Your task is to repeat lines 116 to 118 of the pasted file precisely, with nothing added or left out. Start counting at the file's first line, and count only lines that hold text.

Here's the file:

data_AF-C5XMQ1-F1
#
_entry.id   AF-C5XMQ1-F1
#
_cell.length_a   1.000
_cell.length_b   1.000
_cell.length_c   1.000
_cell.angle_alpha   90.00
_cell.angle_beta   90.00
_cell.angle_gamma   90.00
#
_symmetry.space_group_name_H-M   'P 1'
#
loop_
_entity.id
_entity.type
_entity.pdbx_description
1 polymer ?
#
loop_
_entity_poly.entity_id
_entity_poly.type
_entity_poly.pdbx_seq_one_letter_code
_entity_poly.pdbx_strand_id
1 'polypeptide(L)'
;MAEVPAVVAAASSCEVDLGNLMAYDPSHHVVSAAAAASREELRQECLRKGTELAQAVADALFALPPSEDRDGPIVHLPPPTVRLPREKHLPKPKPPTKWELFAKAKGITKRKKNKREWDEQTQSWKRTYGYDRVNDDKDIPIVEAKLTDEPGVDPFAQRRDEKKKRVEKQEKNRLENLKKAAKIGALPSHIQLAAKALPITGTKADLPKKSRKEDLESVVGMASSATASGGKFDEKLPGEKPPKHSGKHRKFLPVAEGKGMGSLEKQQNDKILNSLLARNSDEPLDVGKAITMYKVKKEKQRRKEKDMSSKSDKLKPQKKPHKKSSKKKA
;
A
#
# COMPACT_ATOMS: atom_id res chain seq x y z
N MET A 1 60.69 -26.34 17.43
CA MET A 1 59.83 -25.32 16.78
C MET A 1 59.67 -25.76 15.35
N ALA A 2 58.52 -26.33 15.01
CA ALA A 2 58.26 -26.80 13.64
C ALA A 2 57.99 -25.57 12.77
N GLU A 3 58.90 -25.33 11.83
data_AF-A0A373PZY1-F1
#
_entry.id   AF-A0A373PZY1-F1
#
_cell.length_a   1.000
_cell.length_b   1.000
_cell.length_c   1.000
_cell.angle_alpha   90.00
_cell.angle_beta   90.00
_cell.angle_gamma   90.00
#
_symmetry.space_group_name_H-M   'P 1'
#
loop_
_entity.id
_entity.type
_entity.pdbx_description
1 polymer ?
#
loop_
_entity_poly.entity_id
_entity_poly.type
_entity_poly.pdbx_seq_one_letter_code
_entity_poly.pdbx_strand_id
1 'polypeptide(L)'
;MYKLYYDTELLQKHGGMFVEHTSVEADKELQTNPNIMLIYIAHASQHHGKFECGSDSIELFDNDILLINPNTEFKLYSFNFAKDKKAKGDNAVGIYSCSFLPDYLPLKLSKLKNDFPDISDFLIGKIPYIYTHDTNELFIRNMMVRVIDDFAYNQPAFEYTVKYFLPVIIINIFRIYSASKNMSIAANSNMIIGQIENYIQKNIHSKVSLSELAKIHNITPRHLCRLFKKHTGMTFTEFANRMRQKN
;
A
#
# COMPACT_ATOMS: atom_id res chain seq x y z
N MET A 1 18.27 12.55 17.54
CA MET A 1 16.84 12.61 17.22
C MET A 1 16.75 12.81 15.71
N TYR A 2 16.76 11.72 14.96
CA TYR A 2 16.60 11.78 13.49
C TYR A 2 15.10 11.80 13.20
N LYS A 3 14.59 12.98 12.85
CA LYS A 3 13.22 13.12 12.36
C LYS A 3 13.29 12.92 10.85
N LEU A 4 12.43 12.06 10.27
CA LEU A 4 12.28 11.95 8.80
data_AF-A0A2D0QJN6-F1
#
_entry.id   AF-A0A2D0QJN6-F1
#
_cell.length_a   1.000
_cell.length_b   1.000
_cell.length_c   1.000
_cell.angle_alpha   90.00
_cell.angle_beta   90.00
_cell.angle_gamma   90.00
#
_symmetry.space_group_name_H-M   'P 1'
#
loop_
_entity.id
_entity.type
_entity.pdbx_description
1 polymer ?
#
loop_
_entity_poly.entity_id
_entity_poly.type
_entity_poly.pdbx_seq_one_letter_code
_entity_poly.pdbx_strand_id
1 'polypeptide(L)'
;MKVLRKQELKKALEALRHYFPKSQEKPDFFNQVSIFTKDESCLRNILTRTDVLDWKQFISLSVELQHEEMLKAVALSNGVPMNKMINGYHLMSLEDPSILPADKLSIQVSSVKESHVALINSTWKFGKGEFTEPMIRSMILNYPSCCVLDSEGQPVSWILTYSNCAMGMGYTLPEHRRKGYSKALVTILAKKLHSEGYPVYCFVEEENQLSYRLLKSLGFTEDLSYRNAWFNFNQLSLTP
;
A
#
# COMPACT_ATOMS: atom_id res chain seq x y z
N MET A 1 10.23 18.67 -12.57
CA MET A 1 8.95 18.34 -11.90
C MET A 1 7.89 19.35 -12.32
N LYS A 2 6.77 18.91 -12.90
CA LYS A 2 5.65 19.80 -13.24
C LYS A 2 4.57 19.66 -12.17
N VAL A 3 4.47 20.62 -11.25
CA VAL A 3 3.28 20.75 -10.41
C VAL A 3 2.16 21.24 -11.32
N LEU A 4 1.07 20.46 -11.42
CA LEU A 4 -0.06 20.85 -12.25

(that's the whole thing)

CA VAL A 3 3.28 20.75 -10.41
C VAL A 3 2.16 21.24 -11.32
N LEU A 4 1.07 20.46 -11.42